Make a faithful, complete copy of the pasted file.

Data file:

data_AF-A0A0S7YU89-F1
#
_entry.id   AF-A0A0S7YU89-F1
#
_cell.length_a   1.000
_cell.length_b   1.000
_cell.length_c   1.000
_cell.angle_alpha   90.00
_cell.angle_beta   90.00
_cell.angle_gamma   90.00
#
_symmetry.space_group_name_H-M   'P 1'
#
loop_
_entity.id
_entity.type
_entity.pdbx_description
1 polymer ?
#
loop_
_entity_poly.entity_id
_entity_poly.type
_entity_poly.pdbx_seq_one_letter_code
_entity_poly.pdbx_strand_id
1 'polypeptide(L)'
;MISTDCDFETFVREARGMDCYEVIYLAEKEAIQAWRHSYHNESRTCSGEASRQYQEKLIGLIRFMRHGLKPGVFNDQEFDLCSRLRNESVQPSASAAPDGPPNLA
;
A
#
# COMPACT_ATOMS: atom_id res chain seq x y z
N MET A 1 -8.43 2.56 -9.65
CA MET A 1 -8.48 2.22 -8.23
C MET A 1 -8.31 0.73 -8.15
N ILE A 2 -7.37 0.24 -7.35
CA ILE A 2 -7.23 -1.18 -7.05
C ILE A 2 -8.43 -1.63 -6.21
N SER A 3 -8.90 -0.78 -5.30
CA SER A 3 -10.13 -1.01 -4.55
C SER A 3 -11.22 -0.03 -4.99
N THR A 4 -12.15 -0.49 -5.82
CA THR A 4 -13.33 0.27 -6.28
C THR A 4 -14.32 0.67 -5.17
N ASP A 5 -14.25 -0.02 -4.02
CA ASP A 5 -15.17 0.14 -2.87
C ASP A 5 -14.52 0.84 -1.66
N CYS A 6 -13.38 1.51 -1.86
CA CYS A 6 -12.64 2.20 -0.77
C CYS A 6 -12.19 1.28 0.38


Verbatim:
data_AF-A0A0S7YU89-F1
#
_entry.id   AF-A0A0S7YU89-F1
#
_cell.length_a   1.000
_cell.length_b   1.000
_cell.length_c   1.000
_cell.angle_alpha   90.00
_cell.angle_beta   90.00
_cell.angle_gamma   90.00
#
_symmetry.space_group_name_H-M   'P 1'
#
loop_
_entity.id
_entity.type
_entity.pdbx_description
1 polymer ?
#
loop_
_entity_poly.entity_id
_entity_poly.type
_entity_poly.pdbx_seq_one_letter_code
_entity_poly.pdbx_strand_id
1 'polypeptide(L)'
;MISTDCDFETFVREARGMDCYEVIYLAEKEAIQAWRHSYHNESRTCSGEASRQYQEKLIGLIRFMRHGLKPGVFNDQEFDLCSRLRNESVQPSASAAPDGPPNLA
;
A
#
# COMPACT_ATOMS: atom_id res chain seq x y z
N MET A 1 -8.43 2.56 -9.65
CA MET A 1 -8.48 2.22 -8.23
C MET A 1 -8.31 0.73 -8.15
N ILE A 2 -7.37 0.24 -7.35
CA ILE A 2 -7.23 -1.18 -7.05
C ILE A 2 -8.43 -1.63 -6.21
N SER A 3 -8.90 -0.78 -5.30
CA SER A 3 -10.13 -1.01 -4.55
C SER A 3 -11.22 -0.03 -4.99
N THR A 4 -12.15 -0.49 -5.82
CA THR A 4 -13.33 0.27 -6.28
C THR A 4 -14.32 0.67 -5.17
N ASP A 5 -14.25 -0.02 -4.02
CA ASP A 5 -15.17 0.14 -2.87
C ASP A 5 -14.52 0.84 -1.66
N CYS A 6 -13.38 1.51 -1.86
CA CYS A 6 -12.64 2.20 -0.77
C CYS A 6 -12.19 1.28 0.38